With Charlotte Collins, Daniel Hahn and Deborah Smith.
2016 heralds the relaunch of the Man Booker International Prize: now annual and with the £50,000 prize split equally between novelist and translator. To celebrate, three of the shortlisted translators discuss the key role of translation in bringing international fiction to an English-speaking audience. Charlotte Collins is translator of Robert Seethaler’s A Whole Life; Daniel Hahn translated José Eduardo Agualusa’s A General Theory of Oblivion; and Deborah Smith is translator of Han Kang’s The Vegetarian.
”Different books demand different things.”
From over 155 finalists, these three were at the top, with Han Kang’s novel winning in the end. The Vegetarian began life as three novellas that functioned as a novel together – it’s odd, not so much about her actions but how she’s read by others. A Whole Life is set in the Austrian Alps – it’s the whole life of a simple man in a mountain valley who only really left to go to War. A General Theory of Oblivion is set in Angola at a moment of independence – it’s a tapestry of different stories that come together in a mysterious way.
Each of the three has translated more than one book for their respective authors – does that familiarity impact the process at all? For Daniel, “what’s happened is José has developed a voice in English and I can recognise it. I feel like I know what he sounds like already; I’m writing into a certain English.” It’s a literary DNA that’s been shaped.
For Charlotte it’s been interesting finding the recurring words. She believes Robert’s use of those words is deliberate, and has found this to become more prominent a feeling the more she works with him. “Being a film actor, he thinks very visually,” Charlotte explains. “You see the picture and then describe it.”
Deborah is incredibly envious of people who translate poetry – they seem to do so for decades on end with the same poet. “I would love to do that,” she explains, noting that through working on multiple books with Han Kang, she feels, “I am better qualified to translate this book.” If there’s repetition, she no longer sees it as a crutch that writing in English typically could, but instead has grown to understand how visual the work is meant to be.
Historical context can be familiar to those in the corresponding area, but how do you work with a nation who may not know the implied backdrop? Across the board they agree that light context can be fitted in, but anything too extensive dulls the writing and changes the effect of the book to cram in history. Some of their books are timeless, but an interesting point is that in some cases it simply doesn’t matter, or as Daniel says, “Different books demand different things.”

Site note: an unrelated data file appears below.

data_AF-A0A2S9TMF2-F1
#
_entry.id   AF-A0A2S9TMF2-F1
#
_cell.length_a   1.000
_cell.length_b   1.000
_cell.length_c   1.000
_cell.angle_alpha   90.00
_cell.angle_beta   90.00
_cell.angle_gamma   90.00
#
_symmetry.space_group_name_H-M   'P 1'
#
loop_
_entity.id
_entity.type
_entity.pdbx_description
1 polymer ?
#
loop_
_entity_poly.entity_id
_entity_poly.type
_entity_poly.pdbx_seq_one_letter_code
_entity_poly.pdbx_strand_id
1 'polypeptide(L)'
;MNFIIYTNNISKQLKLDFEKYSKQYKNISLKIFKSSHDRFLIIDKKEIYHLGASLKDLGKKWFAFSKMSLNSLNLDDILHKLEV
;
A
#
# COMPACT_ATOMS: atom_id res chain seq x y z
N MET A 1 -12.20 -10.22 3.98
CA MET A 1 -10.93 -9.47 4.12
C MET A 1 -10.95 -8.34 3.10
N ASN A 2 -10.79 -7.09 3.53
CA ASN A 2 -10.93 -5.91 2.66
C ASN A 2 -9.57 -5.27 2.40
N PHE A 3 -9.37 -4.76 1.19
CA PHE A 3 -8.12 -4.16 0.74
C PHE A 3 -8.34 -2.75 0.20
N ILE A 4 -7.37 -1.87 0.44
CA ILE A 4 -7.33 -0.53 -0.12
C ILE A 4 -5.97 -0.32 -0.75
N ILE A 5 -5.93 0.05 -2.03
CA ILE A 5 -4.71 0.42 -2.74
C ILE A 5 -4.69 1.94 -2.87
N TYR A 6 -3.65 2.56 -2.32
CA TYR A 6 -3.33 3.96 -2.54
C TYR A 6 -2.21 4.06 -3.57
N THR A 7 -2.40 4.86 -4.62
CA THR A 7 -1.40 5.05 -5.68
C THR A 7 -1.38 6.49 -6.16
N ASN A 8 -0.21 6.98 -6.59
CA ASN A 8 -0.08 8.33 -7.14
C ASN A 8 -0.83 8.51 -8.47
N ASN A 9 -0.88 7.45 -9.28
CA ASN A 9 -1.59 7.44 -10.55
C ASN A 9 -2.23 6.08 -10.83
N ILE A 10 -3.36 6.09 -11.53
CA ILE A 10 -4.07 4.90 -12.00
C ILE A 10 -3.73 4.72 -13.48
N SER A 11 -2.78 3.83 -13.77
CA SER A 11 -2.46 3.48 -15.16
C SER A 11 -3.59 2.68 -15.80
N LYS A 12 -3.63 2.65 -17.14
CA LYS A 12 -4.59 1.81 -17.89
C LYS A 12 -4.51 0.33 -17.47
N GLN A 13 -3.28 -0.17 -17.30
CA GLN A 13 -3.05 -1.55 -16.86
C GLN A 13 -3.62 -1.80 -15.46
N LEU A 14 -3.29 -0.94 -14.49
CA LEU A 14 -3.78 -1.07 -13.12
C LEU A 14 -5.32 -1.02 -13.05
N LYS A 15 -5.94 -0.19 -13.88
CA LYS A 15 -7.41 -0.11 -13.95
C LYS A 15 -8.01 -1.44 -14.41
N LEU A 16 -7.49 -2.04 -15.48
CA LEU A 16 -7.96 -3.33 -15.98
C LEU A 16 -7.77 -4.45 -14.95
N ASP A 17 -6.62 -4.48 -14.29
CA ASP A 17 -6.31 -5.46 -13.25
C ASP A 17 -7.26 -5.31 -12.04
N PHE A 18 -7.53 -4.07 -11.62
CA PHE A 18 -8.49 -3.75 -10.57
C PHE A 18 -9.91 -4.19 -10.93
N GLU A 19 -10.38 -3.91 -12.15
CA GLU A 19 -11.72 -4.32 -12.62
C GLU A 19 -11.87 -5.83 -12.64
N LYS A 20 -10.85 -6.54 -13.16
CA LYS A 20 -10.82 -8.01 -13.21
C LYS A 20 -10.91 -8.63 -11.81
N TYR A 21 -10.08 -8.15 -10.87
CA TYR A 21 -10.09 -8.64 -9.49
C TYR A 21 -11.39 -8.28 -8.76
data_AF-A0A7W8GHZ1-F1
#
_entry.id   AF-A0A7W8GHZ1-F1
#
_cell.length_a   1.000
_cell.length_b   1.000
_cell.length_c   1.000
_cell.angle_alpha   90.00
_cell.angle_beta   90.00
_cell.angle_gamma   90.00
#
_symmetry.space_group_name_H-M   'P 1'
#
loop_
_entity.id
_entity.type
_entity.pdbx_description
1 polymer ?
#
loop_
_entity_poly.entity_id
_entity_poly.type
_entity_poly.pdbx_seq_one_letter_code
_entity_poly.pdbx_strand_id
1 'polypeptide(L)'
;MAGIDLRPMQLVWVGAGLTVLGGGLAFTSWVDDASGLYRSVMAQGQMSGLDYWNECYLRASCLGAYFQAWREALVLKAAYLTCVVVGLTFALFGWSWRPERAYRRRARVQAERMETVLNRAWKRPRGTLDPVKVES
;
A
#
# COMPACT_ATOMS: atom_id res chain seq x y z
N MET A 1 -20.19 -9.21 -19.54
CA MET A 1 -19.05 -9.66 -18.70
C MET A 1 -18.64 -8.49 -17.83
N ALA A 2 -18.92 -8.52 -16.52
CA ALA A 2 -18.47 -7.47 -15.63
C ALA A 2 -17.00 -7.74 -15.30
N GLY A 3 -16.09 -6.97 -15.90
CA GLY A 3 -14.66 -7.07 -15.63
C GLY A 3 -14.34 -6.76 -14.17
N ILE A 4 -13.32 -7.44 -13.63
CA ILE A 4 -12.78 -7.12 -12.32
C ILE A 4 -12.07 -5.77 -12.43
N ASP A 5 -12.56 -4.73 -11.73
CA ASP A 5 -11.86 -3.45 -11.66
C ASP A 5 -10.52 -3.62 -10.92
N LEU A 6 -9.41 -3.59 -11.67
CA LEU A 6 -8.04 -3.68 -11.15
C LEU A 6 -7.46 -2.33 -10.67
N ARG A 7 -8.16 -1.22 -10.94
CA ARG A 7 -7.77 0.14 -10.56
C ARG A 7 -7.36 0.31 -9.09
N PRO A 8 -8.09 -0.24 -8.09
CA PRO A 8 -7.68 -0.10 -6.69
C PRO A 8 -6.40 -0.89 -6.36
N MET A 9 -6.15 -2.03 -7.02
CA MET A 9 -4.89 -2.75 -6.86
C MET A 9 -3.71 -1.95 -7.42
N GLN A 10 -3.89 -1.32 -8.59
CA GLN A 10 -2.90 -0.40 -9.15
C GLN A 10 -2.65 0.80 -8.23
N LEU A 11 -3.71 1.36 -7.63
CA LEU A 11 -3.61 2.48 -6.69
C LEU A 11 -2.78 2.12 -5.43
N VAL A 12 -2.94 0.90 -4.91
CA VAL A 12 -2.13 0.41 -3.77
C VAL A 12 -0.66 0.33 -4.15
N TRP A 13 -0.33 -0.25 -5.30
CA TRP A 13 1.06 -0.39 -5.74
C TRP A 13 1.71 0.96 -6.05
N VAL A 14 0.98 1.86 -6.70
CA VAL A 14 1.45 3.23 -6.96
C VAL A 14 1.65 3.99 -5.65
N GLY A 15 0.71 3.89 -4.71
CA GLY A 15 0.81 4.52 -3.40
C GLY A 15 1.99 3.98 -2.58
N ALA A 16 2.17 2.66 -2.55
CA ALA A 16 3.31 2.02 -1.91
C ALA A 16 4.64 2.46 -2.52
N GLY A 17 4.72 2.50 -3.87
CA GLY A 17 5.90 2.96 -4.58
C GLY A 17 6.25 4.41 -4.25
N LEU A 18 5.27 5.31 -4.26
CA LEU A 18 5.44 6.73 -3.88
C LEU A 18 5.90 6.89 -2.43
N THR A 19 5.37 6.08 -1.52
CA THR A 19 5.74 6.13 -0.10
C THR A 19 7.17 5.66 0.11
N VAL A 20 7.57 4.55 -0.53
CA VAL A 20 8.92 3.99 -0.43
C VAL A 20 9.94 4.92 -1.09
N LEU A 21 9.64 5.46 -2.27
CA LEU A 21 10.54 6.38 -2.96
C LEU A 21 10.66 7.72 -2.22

“The reason we translate is because we want people to read these books.”
If he can read the book without the context and enjoy it, he assumes others can too. There’s also the opportunity to get translated literature into people’s hands, so that they come back, and you can leave gradually more of the culture and phrases in there, assuming a slight knowledge from their past dalliance with the author.
The hour looks at the relationships with authors, the impact of the Man Booker prize and, indeed, what is a good translation, anyway? They conclude the translation is almost irrelevant – it’s about the story being told and how it’s presented. Few read these books differently than they do any other. The joy is knowing that this book is created by two people in two parts with one vision, and a good translation is probably knowing that, but not being sure where one’s input ends and the other begins. Seamless.
“The most impressive thing about the prize and reception was getting beyond the circle we all know,” notes Deborah. Beyond translators and publishing. It was much broader, and what that did was move translation as a whole. There was a distinct shift towards more outward-looking practices.
It’s more high profile. Charlotte notes that people who were previously ambivalent about her role as a translator are now mightily impressed – it’s these subtle differences that help you gauge just how far-reaching the impact can be.
“For most of us, the reason we translate is because we want people to read these books,” explains Daniel. A lot of what translators do is driven by impulse. The shortlisting for the Man Booker did the same thing as they do in a way: it gave these books more visibility. And what’s better than bringing brilliant books to new people all over the world?